Mount Sinai School of Medicine
Fulbright Senior Scholar Award
Saul Horowitz Outstanding Alumnus Award
Mount Sinai School of Medicine
'Bay Area's Best Doctors'
San Francisco Focus Magazine
Alpha Omega Alpha, Lambda Chapter
Arthur H. Aufses Sr., Prize in Surgery
Mount Sinai School of Medicine
Rensselaer Polytechnic Institute
Ken & Louise Goldberg Visiting Professor
Brigham and Women’s Hospital
Dr. Friedman is the Director of both the Fibrosis Research Center and the Mount Sinai Alcoholic Liver Disease Research Center.
Specific Clinical/Research Interest:
1) Role of KLF6 tumor suppressor gene in cancer pathogenesis;
2) Molecular regulation of hepatic fibrosis;
3) Testing of novel antifibrotic therapies in preclinical models and human trials
Current Students: MD/PhD: Ursula Lang, Zhara Ghiassi-Nejad, Yedidya Saiman (co-mentor); Ph.D. - Jingjing Jiao (co-mentor_; Doris Duke Medical Student Research Fellow: Andrew Paris
Postdoctoral Fellows: Lars Bechmann, M.D.; Beatriz Minguez, M.D.; Sara Tofannin, Ph.D.; Rebekka Hannivoort, M.D.; Ursula Munoz, PhD; Diana Vetter M.D.
Research Personnel: Johnny Loke, M.S. (Lab Manager); Feng Hong M.D.
Summary of Research Studies:
-Role of KLF6 in Cell Growth and Human Cancer.
We have cloned a novel Kruppel like factor, KLF6, from liver that is ubiquitously expressed, and mutated in a number of human cancers. Major KLF6-related research projects are:
-Identification of KLF6 transcriptional targets by array
-Role of KLF6 in liver development
-Inactivation of KLF6 in human cancers, esp. hepatocellular carcinoma
-Animal models of cancer with KLF6 dysregulation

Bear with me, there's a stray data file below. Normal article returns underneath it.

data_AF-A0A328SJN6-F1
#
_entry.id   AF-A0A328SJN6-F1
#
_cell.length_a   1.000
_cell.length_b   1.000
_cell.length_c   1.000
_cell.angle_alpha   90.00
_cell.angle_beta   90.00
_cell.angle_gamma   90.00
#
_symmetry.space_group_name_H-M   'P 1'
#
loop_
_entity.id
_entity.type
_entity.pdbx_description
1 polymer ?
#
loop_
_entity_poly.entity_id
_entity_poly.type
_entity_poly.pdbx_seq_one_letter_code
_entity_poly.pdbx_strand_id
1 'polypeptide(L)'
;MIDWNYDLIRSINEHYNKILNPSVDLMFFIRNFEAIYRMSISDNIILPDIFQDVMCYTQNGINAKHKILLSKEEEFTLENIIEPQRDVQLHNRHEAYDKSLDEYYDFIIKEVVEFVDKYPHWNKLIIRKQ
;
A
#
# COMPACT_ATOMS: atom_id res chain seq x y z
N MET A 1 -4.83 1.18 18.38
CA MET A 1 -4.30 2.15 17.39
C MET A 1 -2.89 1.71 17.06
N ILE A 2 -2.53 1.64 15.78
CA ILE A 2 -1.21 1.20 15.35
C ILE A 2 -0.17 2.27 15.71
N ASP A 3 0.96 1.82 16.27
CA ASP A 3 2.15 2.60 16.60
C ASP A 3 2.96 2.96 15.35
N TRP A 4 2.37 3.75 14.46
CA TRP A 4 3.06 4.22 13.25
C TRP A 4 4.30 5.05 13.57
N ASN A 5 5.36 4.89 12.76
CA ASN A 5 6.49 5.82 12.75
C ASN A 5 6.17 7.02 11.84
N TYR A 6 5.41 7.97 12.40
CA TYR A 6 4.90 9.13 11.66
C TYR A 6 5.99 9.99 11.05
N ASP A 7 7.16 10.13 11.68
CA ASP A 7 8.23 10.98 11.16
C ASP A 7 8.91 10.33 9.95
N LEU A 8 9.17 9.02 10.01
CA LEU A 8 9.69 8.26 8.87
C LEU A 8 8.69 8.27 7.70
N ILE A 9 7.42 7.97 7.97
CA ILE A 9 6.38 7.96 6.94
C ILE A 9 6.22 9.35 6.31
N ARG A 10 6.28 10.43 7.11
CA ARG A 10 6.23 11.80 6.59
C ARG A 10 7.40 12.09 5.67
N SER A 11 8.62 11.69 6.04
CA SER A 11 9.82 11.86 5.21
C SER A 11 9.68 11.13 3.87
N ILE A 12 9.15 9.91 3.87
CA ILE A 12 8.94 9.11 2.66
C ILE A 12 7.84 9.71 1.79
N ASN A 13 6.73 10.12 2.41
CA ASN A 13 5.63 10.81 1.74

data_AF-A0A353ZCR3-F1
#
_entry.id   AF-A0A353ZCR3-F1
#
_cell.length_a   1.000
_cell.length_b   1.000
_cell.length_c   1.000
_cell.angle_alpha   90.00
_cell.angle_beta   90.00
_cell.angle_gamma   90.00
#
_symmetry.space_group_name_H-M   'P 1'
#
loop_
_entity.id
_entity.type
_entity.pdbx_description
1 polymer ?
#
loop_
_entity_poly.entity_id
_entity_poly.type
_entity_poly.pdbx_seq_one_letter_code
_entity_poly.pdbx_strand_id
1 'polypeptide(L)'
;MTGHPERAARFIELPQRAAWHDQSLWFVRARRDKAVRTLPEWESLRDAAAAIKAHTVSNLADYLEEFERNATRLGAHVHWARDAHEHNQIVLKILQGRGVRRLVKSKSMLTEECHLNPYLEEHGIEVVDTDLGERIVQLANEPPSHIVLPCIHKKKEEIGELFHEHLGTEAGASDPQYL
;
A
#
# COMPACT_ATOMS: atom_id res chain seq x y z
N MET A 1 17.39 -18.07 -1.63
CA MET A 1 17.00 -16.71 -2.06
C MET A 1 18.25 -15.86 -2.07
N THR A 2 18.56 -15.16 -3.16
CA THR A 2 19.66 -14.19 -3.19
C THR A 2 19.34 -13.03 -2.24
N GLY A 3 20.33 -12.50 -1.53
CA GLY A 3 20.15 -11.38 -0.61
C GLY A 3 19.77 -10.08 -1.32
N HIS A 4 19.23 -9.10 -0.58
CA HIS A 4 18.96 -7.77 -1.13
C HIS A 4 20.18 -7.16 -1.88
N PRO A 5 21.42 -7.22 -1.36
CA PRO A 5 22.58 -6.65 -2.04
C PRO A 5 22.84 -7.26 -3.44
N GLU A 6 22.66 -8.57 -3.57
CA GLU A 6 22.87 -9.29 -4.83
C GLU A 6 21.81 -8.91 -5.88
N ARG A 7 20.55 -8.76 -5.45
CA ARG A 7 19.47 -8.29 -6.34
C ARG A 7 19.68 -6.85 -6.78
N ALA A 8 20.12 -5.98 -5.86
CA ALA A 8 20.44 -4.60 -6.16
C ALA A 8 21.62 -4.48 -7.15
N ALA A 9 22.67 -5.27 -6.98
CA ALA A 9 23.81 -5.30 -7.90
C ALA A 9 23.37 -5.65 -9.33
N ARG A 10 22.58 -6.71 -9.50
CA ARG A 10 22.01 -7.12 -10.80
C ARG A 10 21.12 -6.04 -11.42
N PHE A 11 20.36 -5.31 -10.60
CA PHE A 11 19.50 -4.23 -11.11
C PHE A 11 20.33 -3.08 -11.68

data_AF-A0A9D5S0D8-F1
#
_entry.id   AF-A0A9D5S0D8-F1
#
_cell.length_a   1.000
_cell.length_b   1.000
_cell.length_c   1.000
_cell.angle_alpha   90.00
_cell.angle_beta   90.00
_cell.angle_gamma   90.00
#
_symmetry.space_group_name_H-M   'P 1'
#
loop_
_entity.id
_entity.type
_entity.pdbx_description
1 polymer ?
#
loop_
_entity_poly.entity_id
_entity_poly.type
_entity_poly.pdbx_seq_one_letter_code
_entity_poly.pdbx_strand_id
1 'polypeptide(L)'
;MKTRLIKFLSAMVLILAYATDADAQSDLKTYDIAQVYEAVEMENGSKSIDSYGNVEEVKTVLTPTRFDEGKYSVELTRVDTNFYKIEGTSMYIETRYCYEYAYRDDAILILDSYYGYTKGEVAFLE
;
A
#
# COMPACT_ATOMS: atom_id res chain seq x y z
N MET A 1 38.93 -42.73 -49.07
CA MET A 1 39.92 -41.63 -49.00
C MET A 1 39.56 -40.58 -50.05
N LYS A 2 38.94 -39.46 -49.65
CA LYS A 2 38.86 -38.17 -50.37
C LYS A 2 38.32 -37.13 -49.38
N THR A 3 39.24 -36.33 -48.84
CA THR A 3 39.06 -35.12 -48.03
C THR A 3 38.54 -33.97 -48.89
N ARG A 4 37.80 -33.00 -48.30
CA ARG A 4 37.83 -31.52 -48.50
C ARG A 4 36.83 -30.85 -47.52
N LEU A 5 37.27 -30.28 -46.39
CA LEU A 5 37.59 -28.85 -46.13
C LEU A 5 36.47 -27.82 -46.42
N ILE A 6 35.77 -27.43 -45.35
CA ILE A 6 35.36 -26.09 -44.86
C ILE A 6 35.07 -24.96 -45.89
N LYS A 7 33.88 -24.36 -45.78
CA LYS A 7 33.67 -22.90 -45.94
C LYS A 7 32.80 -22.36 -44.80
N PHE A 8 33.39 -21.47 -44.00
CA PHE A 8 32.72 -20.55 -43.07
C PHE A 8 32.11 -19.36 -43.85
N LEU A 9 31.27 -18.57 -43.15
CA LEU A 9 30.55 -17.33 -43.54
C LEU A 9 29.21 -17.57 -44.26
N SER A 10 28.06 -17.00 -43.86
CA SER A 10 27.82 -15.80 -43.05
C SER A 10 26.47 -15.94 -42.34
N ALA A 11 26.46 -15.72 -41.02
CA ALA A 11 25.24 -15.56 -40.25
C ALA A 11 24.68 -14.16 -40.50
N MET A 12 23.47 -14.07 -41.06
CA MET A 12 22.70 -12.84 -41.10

-KLF6 Interacting proteins
-Animal models of KLF6 dysregulation (tissue specific KO; KLF6 +/- mice responses to injury and carcinogens) Molecular Regulation of Hepatic Fibrosis.
Our work explores the molecular mechanisms of wound healing and fibrosis in liver. We use a variety of animal and cell culture models to identify key inflammatory mediatiors and signaling molecules regulating the activation of hepatic stellate cells, the principle fibrogenic cells in liver. Additionally, we test candidate antifibrotic lead compounds to develop potential new therapies for patients with chronic fibrosing liver diseases. Specific projects include:
-Testing of antifibrotic lead compounds in animal models
-Clinical trials of antifibrotic therapies in patients with chronic liver disease
-Exploration of mechanisms underlying risk-associated genes in hepatic fibrosis
-Role of KLF6 splicing in hepatic stellate cell activation
Bechmann LP, Vetter D, Ishida J, Hannivoort RA, Lang UE, Kocabayoglu P, Fiel MI, Muñoz U, Patman GL, Ge F, Yakar S, Li X, Agius L, Lee YM, Zhang W, Hui KY, Televantou D, Schwartz GJ, LeRoith D, Berk PD, Nagai R, Suzuki T, Reeves HL, Friedman SL. Post-transcriptional activation of PPAR alpha by KLF6 in hepatic steatosis. Journal of hepatology 2013 May; 58(5).
Hoshida Y, Villanueva A, Sangiovanni A, Sole M, Hur C, Andersson KL, Chung RT, Gould J, Kojima K, Gupta S, Taylor B, Crenshaw A, Gabriel S, Minguez B, Iavarone M, Friedman SL, Colombo M, Llovet JM, Golub TR. Prognostic gene expression signature for patients with hepatitis C-related early-stage cirrhosis. Gastroenterology 2013 May; 144(5).
Weiskirchen R, Weimer J, Meurer SK, Kron A, Seipel B, Vater I, Arnold N, Siebert R, Xu L, Friedman SL, Bergmann C. Genetic characteristics of the human hepatic stellate cell line LX-2. PloS one 2013; 8(10).